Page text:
One-Third of Houses For Sale Are Newly Built, Just Shy of the Record High

One-Third of Houses For Sale Are Newly Built, Just Shy of the Record High


The share of houses for sale that are brand new is hovering at a level that’s nearly double the pre-pandemic rate. 

One-third (33.4%) of single-family homes for sale in the U.S. in the first quarter were newly built, essentially unchanged from a year earlier but down from a record-high 34.5% two years earlier. The portion of housing supply that’s newly built is still roughly double pre-pandemic levels.

Newly built homes have taken up an outsized portion of inventory since the pandemic homebuying boom sent builders into overdrive. There are two main reasons for that: 

  • Homebuilding has shot up. Construction of U.S. homes soared at the start of the pandemic, with builders responding to sky-high homebuying demand brought on by remote work and rock-bottom mortgage rates, and single-family housing starts are still sitting at significantly higher levels than pre-2020. 
  • The supply of existing homes for sale has dropped. Homeowners are staying put because mortgage rates hit a two-decade high last year, and they’re still elevated far above pre-pandemic and pandemic levels. Many would-be sellers are opting to hang onto their low rate instead of moving and taking on a new one.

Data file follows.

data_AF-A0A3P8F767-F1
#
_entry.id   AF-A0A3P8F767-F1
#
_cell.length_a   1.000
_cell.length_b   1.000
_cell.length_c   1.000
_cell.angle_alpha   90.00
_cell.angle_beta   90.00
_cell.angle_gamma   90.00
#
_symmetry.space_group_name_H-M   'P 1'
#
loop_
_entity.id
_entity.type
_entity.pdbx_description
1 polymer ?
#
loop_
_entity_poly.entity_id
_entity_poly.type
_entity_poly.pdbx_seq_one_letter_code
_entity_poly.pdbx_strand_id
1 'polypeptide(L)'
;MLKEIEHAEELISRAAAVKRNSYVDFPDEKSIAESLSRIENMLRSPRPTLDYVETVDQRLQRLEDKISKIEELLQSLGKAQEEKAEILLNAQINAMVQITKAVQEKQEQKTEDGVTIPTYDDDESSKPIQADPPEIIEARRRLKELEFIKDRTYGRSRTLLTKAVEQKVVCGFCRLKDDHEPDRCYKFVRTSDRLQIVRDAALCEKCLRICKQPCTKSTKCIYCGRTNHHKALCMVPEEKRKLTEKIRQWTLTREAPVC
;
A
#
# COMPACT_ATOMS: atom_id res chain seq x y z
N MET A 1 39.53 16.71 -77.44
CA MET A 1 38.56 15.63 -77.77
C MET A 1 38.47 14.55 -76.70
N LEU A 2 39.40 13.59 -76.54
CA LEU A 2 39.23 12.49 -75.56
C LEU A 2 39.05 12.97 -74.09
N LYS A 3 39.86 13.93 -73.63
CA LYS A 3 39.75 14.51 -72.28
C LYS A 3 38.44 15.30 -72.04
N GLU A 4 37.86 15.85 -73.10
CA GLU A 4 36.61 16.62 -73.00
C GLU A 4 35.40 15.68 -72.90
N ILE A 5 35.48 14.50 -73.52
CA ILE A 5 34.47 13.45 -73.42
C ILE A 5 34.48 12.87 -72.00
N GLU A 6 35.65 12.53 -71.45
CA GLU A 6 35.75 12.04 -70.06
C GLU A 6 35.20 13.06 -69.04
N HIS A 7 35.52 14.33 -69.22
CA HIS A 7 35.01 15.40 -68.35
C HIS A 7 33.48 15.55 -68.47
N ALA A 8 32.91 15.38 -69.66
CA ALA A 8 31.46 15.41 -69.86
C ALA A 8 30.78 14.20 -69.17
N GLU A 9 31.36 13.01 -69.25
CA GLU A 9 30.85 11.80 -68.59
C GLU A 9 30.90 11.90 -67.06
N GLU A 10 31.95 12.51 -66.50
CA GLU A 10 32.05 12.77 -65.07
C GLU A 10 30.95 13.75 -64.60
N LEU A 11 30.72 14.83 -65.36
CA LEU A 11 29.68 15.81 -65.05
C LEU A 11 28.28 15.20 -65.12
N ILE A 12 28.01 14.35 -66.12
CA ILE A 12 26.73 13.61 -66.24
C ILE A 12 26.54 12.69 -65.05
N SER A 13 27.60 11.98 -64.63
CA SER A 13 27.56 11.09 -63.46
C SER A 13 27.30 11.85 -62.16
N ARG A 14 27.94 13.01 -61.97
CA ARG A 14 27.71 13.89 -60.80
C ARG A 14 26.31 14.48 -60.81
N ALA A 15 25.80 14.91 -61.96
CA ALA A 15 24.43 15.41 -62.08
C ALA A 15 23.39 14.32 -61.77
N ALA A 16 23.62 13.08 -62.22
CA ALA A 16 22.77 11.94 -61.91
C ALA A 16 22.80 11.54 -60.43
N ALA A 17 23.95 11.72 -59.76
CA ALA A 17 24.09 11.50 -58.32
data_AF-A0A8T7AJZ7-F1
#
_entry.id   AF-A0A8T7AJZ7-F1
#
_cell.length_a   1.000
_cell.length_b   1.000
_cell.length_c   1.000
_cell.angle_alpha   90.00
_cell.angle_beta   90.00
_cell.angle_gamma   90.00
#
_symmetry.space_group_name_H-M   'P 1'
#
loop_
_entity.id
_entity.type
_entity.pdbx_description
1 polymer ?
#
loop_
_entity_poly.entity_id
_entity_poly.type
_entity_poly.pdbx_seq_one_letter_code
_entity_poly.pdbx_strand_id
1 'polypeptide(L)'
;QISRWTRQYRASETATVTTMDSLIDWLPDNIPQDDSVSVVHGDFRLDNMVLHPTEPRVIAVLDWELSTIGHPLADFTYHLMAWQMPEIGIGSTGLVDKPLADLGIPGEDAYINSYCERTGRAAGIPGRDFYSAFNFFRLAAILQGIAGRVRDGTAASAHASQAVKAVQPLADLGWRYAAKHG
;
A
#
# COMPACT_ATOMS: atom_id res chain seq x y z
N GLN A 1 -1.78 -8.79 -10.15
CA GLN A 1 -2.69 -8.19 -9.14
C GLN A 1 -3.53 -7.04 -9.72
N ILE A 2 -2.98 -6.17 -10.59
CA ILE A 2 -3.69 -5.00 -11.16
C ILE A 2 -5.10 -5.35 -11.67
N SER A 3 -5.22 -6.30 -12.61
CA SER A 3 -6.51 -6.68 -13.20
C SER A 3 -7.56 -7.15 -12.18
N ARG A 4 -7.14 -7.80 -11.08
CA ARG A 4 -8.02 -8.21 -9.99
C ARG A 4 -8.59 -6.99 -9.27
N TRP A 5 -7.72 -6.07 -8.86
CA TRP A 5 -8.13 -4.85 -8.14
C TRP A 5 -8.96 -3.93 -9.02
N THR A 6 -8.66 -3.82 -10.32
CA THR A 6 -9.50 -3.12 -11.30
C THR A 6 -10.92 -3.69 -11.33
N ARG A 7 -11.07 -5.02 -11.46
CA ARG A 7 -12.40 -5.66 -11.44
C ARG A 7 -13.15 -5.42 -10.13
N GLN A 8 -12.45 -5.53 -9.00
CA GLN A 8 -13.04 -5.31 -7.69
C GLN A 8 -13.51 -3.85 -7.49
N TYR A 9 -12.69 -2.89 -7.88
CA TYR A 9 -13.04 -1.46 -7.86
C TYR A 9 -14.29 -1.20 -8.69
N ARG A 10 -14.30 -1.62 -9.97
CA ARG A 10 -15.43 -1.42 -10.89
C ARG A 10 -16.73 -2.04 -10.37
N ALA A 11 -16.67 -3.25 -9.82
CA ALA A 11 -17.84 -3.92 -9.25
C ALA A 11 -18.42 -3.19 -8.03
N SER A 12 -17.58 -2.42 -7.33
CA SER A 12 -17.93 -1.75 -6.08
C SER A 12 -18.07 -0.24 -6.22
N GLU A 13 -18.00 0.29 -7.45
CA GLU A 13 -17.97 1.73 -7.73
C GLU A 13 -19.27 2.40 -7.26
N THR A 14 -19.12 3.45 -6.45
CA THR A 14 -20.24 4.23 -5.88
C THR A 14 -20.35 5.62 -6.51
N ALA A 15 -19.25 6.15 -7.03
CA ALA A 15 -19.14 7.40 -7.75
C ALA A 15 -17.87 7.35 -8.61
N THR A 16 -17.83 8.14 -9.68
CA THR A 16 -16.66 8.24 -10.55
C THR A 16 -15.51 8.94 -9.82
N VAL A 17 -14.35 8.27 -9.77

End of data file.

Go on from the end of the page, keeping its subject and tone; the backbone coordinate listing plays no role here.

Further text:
“We have a fair amount of new-construction homes for sale, and thank goodness we do,” said Nicole Dege, a Redfin Premier agent in Orlando, FL. “Buyers are having a hard time finding single-family homes in their budget because not many homeowners are letting go of their houses, and those who are listing tend to price high because they haven’t come to terms with the fact that prices have come down from their 2022 peak. Builders have a better understanding of the current market, so they’re pricing fairly, offering mortgage-rate buydowns and providing other concessions to attract buyers.”

The share of for-sale supply that’s newly built has declined slightly from its 2022 peak because total inventory has crept up from last year’s historic lows as more homeowners list their existing homes. At the same time, builders have eased up slightly on housing starts due to high mortgage rates and dampened demand. Many of them are still trying to offload the glut of homes they started developing in 2021 and 2022:  For new-construction homes, there were 8.3 months of supply on the market nationwide as of March, compared to 3.2 months for existing homes.

Dana Anderson

Dana Anderson

As a data journalist at Redfin, Dana Anderson writes about the numbers behind real estate trends. Redfin is a full-service real estate brokerage that uses modern technology to make clients smarter and faster. For more information about working with a Redfin real estate agent to buy or sell a home, visit our Why Redfin page.

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